Interpol are back with sixth album Marauder, which has become their highest-charting album in over a decade after debuting at No.6. The NYC post-punks played some intimate UK gigs this week and return for a pair of Royal Albert Hall dates and a Manchester O2 Apollo show in November. They also grace the cover of the new Q magazine, which describes them as the “world’s biggest cult band”.
As she prepares to depart Matador after 11 years, GM Natalie Judge takes Music Week inside her valedictory campaign for the label….
Marauder is the band's biggest UK chart debut in over a decade - how did you achieve that?
Marauder saw the band back on Matador worldwide, their first worldwide deal on one label since Antics. Having a global team working together meant the campaign had consistency throughout every aspect of the build-up, which always leads to a more coherent and solid campaign. The band worked alongside the fantastic Undercard (Matt de Jong and Jamie-James Medina) to create some iconic visuals, which we ensured followed a strict visual language throughout all advertising and marketing. The band finally made it onto the cover of Q magazine, and we’ve had some great radio and streaming support.
What are your ambitions for the record in the territories where you are working it?
We’ve specifically focused our attentions on Japan on this record - a market where the band can still really flourish, even in such a changeable market. South America has also been a big part of the campaign - we launched the record out of Mexico and the band have already returned, playing huge shows, and solidifying South America as being their top streaming market.
Interpol play the Albert Hall later this year - are they a band whose live show is a big part of driving the campaign?
For sure - the band played to over 10,000 people exactly this time last year at Alexandra Palace, playing their debut album in full. Playing the shows to support Turn On The Bright Lights were really the start of the Marauder campaign for us. It really energised the fans and highlighted what a fantastic career the band have had - but that they’re still making exciting and commercially recognised music.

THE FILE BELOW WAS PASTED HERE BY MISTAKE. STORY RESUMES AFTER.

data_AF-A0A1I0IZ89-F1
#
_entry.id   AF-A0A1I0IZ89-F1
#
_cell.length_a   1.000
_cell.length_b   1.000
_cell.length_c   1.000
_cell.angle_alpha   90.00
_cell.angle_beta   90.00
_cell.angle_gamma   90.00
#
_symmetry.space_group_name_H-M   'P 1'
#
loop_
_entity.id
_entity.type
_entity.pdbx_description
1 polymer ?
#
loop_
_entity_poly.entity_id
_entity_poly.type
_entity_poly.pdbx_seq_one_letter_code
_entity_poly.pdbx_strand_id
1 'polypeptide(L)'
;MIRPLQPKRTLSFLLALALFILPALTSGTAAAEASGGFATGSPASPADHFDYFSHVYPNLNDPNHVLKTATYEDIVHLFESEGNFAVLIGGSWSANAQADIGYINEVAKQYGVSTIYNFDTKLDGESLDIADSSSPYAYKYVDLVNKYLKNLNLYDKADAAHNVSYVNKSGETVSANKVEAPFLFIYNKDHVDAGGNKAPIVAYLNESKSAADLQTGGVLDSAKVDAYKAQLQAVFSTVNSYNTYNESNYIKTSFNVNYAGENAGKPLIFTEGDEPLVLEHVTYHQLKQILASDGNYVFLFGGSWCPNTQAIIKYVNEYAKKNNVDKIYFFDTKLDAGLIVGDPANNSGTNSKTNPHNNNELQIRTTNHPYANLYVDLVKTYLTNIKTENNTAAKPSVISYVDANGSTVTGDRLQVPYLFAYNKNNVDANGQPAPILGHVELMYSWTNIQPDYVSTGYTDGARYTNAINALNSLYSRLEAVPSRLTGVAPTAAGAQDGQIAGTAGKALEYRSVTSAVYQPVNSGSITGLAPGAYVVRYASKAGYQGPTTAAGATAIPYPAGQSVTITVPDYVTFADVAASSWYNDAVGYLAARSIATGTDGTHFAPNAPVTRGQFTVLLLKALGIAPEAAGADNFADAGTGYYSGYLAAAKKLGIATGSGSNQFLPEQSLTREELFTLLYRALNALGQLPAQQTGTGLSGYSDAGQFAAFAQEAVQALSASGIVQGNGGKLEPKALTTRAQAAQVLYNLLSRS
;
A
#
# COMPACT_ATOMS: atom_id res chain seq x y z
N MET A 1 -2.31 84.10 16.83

How much support have you had from streaming and radio on this release, at a time when guitar bands are out of favour?
BBC 6 Music took lead single The Rover straight to A list, highlighting that there is still an appetite for proper guitar music on our airwaves. The band also recorded their first radio session in the UK since their John Peel session in 2001 - hard to believe! They were also one of the last sessions to be recorded at Maida Vale - it’ll be airing on Steve Lamacq’s show in mid-September.
Finally, as you depart Matador are you glad to be leaving on a high with Interpol, as well as securing the label’s first No.1 with QOTSA?
Absolutely. Reaching such a high chart place for the band now that they’re back on Matador worldwide feels like a great achievement, especially in the world of The Greatest Showman and Mamma Mia! [Here We Go Again] sticking firmly to the top of the chart. Last year’s No.1 for QOTSA was the band’s first as well as the label’s first. I’m really proud to have played some part in making that happen, as it was a big moment for the band as well as Matador. I’m excited for where Matador will go entering their 30th year in 2019. It’s been a fantastic 11 years in this position and I’m happy to be handing the keys to Alex Keague-Davies, who will take the label into its next chapter.